I'd say the closest soulmate to Scott Pilgrim that came out this year was Enter the Void. If Scott Pilgrim feels like it takes place inside a video game, Enter the Void feels like a metaphysical pinball machine, bouncing the soul of the main character through different places and times in the past, present, and future. Both are impeccably directed, incredibly inventive films that are so cinematic and amazing that (for most, but not all people) the flaws in story and characters are able to be overlooked. Both are films that (finally!) utilize CGI to tell a story in a way that hasn't been told before, instead of to create ornate and fake looking worlds wholesale. I can see them both as being hugely influential to present and future filmmakers*, the kind of movies that make you expand your idea of how the power of cinema can be harnessed. These are films that couldn't have been made 50 years ago, or even 10 years ago, films that represent the singular vision of real artists.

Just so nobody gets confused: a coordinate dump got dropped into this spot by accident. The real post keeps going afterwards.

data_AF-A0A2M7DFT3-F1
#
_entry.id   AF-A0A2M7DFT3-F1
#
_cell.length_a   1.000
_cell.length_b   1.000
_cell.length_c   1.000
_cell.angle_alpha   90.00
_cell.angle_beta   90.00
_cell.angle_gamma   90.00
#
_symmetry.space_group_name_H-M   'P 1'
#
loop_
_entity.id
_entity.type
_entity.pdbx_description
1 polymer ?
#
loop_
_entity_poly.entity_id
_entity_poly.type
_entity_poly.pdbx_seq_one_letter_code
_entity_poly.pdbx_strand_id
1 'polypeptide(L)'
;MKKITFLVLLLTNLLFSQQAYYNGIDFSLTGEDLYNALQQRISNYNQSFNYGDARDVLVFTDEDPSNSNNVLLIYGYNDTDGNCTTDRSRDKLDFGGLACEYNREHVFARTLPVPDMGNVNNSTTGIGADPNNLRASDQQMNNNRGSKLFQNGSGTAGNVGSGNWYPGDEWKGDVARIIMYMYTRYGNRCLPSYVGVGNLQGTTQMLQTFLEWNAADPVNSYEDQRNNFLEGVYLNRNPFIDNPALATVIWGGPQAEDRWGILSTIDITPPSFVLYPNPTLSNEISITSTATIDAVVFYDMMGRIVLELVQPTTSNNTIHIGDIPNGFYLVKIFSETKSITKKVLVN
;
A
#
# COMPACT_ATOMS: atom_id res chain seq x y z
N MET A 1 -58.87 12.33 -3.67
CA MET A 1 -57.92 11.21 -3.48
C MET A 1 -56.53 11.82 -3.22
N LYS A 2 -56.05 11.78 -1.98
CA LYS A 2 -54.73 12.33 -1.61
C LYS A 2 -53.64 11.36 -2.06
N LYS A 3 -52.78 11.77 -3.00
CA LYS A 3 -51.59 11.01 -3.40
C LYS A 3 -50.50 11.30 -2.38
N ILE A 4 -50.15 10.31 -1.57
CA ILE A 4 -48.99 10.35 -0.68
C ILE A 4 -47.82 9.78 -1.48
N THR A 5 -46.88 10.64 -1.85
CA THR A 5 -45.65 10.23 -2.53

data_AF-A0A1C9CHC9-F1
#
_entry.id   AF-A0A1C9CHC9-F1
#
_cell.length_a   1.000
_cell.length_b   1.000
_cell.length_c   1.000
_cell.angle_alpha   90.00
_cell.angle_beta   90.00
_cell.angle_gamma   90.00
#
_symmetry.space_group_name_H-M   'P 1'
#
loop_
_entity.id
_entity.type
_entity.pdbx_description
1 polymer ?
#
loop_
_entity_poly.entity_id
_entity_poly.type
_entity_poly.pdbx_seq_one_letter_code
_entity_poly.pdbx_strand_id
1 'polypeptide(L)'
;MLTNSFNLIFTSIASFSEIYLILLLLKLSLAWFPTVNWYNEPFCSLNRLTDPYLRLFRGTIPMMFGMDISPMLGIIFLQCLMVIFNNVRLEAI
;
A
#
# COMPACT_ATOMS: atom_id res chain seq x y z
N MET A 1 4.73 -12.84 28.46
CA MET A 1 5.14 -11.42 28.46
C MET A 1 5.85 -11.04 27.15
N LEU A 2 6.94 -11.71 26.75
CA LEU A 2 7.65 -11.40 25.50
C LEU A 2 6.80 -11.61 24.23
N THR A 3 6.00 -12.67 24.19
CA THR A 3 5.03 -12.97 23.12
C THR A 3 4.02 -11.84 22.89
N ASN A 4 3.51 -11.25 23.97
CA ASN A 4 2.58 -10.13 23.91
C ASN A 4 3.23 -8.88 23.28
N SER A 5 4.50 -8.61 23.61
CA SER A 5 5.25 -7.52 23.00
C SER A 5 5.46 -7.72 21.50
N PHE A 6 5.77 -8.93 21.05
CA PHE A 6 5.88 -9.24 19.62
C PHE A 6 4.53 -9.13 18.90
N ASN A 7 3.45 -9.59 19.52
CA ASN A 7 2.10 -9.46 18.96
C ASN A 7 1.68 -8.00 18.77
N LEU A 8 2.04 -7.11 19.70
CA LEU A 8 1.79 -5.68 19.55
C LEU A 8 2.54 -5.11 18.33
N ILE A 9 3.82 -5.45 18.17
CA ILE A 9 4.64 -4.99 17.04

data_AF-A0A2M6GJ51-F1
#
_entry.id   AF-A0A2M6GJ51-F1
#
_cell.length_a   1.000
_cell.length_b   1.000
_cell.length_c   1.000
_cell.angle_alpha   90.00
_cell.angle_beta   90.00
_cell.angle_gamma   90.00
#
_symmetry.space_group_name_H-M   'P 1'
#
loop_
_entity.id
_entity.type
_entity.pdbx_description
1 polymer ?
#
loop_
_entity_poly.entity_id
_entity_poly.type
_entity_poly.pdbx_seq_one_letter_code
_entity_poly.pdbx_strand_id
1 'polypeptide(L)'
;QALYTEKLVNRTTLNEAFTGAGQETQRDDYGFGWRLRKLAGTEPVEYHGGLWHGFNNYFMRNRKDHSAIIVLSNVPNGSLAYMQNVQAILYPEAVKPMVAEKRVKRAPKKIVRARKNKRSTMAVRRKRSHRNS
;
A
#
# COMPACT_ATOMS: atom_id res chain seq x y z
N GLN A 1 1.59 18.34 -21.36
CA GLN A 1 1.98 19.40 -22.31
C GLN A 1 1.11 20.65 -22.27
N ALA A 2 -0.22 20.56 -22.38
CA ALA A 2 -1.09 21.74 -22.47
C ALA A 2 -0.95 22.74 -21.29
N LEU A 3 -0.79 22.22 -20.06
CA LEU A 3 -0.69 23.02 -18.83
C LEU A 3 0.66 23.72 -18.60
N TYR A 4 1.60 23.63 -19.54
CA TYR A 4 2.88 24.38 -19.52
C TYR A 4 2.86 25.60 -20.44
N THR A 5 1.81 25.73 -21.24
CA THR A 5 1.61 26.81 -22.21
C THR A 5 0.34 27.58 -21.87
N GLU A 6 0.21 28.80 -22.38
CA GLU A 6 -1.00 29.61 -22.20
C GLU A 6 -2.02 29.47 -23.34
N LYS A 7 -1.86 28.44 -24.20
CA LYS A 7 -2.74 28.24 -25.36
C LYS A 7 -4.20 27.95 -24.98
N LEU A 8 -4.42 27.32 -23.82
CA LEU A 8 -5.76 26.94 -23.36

Both (I feel) suffer from the story being told; Enter the Void with it's poor actors and despicable characters, Scott Pilgrim with it's rushed story and center relationship that's too slight to really care about. I feel that Scott Pilgrim puts a lot more it's weight on these problems than Enter the Void does, and suffers more as a consequence. But to discount the films because of these flaws feels like throwing the baby out with the bathwater. And you don't even need to throw out the bathwater, because there's a drain in the bathtub. Use that, and you will keep your infants a lot safer.
What was I talking about?
I understand if Scott Pilgrim didn't make your personal Top 10 (it didn't make mine), I understand if you didn't even like it (I really liked it), but to make condescending assumptions about WHY people would disagree with your personal opinion is narrow-minded and silly.** Debate the film, your problems with it, but trying to understand why someone would call Scott Pilgrim the best film of the year is like trying to figure out why someone would like the movie Clifford: it just spoke to them the right way, I guess.
*Filmmakers of the past, like John Ford, will probably remain too dead to care.
**Unless you're talking about Wilco, which sounds like every other alt-country band ever, and yet has a huge indie following. That emperor has no clothes and I feel like a crazy person for being the only person who realizes it.